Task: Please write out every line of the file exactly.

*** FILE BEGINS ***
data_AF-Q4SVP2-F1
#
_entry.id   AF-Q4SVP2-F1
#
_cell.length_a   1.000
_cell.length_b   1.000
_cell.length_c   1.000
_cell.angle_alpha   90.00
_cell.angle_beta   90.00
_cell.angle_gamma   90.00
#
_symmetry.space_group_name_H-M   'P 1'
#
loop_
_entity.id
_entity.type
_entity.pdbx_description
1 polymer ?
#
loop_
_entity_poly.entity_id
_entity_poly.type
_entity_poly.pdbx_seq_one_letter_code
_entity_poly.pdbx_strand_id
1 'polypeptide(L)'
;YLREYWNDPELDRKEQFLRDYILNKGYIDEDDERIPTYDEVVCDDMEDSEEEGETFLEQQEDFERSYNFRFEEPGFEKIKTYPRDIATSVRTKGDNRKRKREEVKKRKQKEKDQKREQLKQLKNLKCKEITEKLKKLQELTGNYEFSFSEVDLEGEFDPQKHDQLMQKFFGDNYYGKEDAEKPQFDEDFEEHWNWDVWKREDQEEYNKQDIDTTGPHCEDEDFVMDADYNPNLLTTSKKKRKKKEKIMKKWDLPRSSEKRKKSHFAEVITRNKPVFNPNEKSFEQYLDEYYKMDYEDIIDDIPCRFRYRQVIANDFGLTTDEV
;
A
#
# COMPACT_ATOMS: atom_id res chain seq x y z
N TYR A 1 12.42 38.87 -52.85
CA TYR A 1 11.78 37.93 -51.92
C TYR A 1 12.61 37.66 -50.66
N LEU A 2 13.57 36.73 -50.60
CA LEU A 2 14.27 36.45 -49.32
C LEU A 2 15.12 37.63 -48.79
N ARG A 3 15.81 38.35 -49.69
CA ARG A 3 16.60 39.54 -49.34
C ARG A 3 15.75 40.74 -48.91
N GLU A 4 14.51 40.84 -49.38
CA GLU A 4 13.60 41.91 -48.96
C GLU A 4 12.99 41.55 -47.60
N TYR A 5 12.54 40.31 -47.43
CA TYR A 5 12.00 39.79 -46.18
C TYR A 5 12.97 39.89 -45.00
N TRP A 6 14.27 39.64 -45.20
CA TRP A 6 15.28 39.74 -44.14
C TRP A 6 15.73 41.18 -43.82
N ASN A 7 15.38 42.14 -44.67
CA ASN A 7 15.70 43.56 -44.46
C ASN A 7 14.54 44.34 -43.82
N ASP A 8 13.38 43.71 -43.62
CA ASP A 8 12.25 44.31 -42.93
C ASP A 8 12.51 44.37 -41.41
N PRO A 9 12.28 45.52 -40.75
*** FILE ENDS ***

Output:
data_AF-Q4SVP2-F1
#
_entry.id   AF-Q4SVP2-F1
#
_cell.length_a   1.000
_cell.length_b   1.000
_cell.length_c   1.000
_cell.angle_alpha   90.00
_cell.angle_beta   90.00
_cell.angle_gamma   90.00
#
_symmetry.space_group_name_H-M   'P 1'
#
loop_
_entity.id
_entity.type
_entity.pdbx_description
1 polymer ?
#
loop_
_entity_poly.entity_id
_entity_poly.type
_entity_poly.pdbx_seq_one_letter_code
_entity_poly.pdbx_strand_id
1 'polypeptide(L)'
;YLREYWNDPELDRKEQFLRDYILNKGYIDEDDERIPTYDEVVCDDMEDSEEEGETFLEQQEDFERSYNFRFEEPGFEKIKTYPRDIATSVRTKGDNRKRKREEVKKRKQKEKDQKREQLKQLKNLKCKEITEKLKKLQELTGNYEFSFSEVDLEGEFDPQKHDQLMQKFFGDNYYGKEDAEKPQFDEDFEEHWNWDVWKREDQEEYNKQDIDTTGPHCEDEDFVMDADYNPNLLTTSKKKRKKKEKIMKKWDLPRSSEKRKKSHFAEVITRNKPVFNPNEKSFEQYLDEYYKMDYEDIIDDIPCRFRYRQVIANDFGLTTDEV
;
A
#
# COMPACT_ATOMS: atom_id res chain seq x y z
N TYR A 1 12.42 38.87 -52.85
CA TYR A 1 11.78 37.93 -51.92
C TYR A 1 12.61 37.66 -50.66
N LEU A 2 13.57 36.73 -50.60
CA LEU A 2 14.27 36.45 -49.32
C LEU A 2 15.12 37.63 -48.79
N ARG A 3 15.81 38.35 -49.69
CA ARG A 3 16.60 39.54 -49.34
C ARG A 3 15.75 40.74 -48.91
N GLU A 4 14.51 40.84 -49.38
CA GLU A 4 13.60 41.91 -48.96
C GLU A 4 12.99 41.55 -47.60
N TYR A 5 12.54 40.31 -47.43
CA TYR A 5 12.00 39.79 -46.18
C TYR A 5 12.97 39.89 -45.00
N TRP A 6 14.27 39.64 -45.20
CA TRP A 6 15.28 39.74 -44.14
C TRP A 6 15.73 41.18 -43.82
N ASN A 7 15.38 42.14 -44.67
CA ASN A 7 15.70 43.56 -44.46
C ASN A 7 14.54 44.34 -43.82
N ASP A 8 13.38 43.71 -43.62
CA ASP A 8 12.25 44.31 -42.93
C ASP A 8 12.51 44.37 -41.41
N PRO A 9 12.28 45.52 -40.75